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Islamic Medicine
Staff member
Sterilization refers usually to a surgical procedure aiming at preventing pregnancy. The common method in woman is the interruption of the continuity of both uterine tubes so that the ascending sperm and the descending ovum can never meet. Sterilization of the male aims at interrupting the continuity of the vas defferens on either side, so that spermatozoa formed by the testicles do not have an egress to the outside and the ejaculate is devoid of spermatozoa; later on the function of producing sperms by the testes is lost, although they continue their hormonal function of producing testosterone, the male hormone responsible for libido and sexual vigour , It does not entail castration, which means removal of the testes (or the ovaries in the female) .

As a surgical procedure, sterilization cannot be described per se as religiously permitted or prohibited, for this would depend on the application rather than the operation, The decision to carry out this operation, however, should not be taken lightly, for although technically easy, the religious implications can be very serious. The gravity of the decision is realized if we remember that the five basic goals of Islamic law are the preservation of self, religion, mind, property and procreation. In the scale of compensations to be paid as ransom for damages resulting in loss of life or of body members and/or functions, the ransom paid for causing loss of the procreative function is equal to that for loss of life.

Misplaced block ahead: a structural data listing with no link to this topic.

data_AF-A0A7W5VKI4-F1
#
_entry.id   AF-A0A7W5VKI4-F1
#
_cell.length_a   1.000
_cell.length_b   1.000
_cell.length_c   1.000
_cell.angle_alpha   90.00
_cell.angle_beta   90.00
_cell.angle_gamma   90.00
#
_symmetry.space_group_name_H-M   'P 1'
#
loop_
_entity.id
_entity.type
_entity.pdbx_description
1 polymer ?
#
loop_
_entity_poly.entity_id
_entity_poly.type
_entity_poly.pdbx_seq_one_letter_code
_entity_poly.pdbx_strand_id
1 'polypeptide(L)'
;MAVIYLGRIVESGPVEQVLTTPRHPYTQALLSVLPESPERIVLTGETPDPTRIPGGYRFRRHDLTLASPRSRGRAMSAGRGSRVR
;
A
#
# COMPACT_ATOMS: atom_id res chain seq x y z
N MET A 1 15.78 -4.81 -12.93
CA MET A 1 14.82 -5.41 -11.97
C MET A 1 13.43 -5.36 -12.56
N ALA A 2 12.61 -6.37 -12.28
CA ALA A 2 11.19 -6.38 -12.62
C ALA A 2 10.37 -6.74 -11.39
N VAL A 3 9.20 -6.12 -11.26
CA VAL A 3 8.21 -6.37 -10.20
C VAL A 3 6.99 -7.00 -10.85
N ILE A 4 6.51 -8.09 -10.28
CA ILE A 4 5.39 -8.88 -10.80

When performed for a clear medical indication, sterilization is not only permissible but might be mandatory .If an incurable condition of the mother makes a further pregnancy hazardous to her health or life, then she should be offered the option of sterilization, especially if other contraceptive methods are not acceptable, suitable or reliable. Fear of transmission of hereditary disease to the progeny is also a valid indication. This is quite consistent with the Islamic rule of "repelling harm".